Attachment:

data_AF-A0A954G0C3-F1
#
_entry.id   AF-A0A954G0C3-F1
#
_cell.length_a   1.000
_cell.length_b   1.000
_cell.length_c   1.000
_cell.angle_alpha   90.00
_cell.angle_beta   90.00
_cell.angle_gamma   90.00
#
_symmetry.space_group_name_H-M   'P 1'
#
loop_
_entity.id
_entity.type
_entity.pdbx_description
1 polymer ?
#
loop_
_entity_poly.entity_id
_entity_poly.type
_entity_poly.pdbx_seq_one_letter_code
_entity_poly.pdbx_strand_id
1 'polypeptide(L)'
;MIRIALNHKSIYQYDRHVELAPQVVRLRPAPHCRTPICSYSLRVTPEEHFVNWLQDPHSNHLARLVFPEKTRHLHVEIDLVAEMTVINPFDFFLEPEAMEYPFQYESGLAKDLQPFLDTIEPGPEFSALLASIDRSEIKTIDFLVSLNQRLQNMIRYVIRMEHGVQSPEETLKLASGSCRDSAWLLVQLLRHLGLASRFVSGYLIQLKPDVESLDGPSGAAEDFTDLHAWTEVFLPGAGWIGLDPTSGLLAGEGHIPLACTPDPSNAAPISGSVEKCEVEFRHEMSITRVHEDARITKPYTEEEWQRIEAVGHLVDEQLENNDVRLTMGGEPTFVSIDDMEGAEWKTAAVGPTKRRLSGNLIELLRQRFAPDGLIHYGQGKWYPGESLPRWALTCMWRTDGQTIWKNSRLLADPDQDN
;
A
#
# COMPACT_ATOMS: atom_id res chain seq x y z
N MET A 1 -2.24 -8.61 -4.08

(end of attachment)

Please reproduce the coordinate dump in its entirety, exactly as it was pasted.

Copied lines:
data_AF-A0A954G0C3-F1
#
_entry.id   AF-A0A954G0C3-F1
#
_cell.length_a   1.000
_cell.length_b   1.000
_cell.length_c   1.000
_cell.angle_alpha   90.00
_cell.angle_beta   90.00
_cell.angle_gamma   90.00
#
_symmetry.space_group_name_H-M   'P 1'
#
loop_
_entity.id
_entity.type
_entity.pdbx_description
1 polymer ?
#
loop_
_entity_poly.entity_id
_entity_poly.type
_entity_poly.pdbx_seq_one_letter_code
_entity_poly.pdbx_strand_id
1 'polypeptide(L)'
;MIRIALNHKSIYQYDRHVELAPQVVRLRPAPHCRTPICSYSLRVTPEEHFVNWLQDPHSNHLARLVFPEKTRHLHVEIDLVAEMTVINPFDFFLEPEAMEYPFQYESGLAKDLQPFLDTIEPGPEFSALLASIDRSEIKTIDFLVSLNQRLQNMIRYVIRMEHGVQSPEETLKLASGSCRDSAWLLVQLLRHLGLASRFVSGYLIQLKPDVESLDGPSGAAEDFTDLHAWTEVFLPGAGWIGLDPTSGLLAGEGHIPLACTPDPSNAAPISGSVEKCEVEFRHEMSITRVHEDARITKPYTEEEWQRIEAVGHLVDEQLENNDVRLTMGGEPTFVSIDDMEGAEWKTAAVGPTKRRLSGNLIELLRQRFAPDGLIHYGQGKWYPGESLPRWALTCMWRTDGQTIWKNSRLLADPDQDN
;
A
#
# COMPACT_ATOMS: atom_id res chain seq x y z
N MET A 1 -2.24 -8.61 -4.08